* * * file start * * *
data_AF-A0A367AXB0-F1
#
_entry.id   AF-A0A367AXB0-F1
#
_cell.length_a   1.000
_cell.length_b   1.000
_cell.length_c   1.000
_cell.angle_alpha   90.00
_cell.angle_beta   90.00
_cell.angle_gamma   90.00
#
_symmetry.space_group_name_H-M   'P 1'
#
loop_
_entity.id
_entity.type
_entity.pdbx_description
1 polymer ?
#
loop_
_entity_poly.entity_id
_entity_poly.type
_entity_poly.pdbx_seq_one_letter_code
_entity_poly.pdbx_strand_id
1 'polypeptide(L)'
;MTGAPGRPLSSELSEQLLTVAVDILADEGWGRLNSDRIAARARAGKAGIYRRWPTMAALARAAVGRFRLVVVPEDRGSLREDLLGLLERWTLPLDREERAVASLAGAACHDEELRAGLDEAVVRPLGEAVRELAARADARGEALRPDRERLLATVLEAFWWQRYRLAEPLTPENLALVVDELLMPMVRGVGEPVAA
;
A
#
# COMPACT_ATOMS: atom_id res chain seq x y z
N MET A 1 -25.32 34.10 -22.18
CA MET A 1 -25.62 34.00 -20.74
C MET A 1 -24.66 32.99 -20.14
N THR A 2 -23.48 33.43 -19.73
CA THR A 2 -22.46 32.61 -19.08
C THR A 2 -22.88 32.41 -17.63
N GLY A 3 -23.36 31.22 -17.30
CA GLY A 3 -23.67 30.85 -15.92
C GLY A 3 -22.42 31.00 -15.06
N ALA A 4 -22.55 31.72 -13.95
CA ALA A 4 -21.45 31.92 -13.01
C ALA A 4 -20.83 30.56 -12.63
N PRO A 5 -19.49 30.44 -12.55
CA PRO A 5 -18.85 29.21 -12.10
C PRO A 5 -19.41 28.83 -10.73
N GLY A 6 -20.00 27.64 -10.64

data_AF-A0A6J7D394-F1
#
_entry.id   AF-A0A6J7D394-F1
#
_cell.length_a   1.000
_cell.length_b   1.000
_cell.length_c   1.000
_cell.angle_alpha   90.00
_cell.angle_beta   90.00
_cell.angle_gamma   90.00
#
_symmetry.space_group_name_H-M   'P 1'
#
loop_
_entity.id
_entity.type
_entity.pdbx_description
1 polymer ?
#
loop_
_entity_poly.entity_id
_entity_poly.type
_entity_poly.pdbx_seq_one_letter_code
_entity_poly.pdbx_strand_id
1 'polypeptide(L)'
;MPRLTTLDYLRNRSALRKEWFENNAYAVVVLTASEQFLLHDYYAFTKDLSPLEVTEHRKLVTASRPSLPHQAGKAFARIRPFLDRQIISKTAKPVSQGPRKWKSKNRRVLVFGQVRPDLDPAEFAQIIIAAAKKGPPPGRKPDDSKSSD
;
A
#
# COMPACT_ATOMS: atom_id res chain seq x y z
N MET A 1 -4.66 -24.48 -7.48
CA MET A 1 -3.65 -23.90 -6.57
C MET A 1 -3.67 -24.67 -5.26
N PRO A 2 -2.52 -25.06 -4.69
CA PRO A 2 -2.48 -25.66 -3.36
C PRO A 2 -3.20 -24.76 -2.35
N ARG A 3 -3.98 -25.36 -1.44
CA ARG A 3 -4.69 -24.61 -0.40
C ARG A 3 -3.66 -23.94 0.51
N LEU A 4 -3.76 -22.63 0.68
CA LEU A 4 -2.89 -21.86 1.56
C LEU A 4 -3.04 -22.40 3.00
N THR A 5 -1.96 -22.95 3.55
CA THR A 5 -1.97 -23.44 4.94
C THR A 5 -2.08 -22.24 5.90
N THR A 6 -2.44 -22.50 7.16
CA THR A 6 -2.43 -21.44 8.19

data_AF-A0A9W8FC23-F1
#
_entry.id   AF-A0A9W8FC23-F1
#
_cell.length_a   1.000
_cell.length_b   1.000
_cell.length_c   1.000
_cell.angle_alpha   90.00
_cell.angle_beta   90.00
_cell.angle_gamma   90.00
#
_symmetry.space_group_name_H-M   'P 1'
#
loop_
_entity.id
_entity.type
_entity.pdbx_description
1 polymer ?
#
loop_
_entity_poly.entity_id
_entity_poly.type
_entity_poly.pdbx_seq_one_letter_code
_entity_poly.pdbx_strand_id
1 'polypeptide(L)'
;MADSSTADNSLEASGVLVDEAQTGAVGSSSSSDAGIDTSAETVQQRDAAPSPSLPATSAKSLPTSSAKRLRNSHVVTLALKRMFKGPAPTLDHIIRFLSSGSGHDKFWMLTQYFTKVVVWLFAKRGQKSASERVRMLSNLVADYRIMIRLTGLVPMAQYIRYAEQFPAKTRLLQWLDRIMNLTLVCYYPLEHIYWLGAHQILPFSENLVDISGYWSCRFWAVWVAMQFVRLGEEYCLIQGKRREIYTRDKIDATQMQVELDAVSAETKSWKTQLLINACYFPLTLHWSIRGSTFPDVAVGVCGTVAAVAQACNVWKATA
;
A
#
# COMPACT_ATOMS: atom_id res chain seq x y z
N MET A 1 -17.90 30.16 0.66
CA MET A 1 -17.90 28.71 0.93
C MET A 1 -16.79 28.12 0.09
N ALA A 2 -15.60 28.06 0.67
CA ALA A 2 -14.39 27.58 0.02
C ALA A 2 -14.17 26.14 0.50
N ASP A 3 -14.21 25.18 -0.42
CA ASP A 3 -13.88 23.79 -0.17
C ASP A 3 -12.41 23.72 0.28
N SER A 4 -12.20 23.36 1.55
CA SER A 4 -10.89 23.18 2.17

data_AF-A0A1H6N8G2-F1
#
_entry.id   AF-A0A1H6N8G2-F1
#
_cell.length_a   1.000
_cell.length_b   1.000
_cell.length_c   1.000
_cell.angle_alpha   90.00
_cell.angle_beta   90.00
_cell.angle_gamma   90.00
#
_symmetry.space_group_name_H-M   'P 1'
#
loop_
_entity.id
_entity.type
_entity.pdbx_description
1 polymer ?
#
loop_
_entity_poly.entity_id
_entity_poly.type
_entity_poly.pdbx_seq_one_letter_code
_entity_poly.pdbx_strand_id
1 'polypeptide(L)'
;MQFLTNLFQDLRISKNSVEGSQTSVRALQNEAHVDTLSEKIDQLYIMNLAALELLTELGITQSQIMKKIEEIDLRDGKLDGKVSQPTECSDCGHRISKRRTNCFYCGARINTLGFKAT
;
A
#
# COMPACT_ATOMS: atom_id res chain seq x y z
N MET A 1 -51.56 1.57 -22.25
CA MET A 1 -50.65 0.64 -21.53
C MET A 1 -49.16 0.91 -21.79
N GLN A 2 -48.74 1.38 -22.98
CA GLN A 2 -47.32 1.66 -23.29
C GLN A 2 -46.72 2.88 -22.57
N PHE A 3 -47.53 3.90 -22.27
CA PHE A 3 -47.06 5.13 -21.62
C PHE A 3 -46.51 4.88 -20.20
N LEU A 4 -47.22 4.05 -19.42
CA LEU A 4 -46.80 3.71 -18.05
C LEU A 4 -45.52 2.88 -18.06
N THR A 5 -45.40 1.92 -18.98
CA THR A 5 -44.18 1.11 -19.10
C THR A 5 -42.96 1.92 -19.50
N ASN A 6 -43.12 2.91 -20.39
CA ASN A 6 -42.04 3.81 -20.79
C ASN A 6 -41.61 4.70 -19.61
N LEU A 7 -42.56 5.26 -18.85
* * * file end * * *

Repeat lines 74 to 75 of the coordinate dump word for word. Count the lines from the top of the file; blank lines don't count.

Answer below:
A
#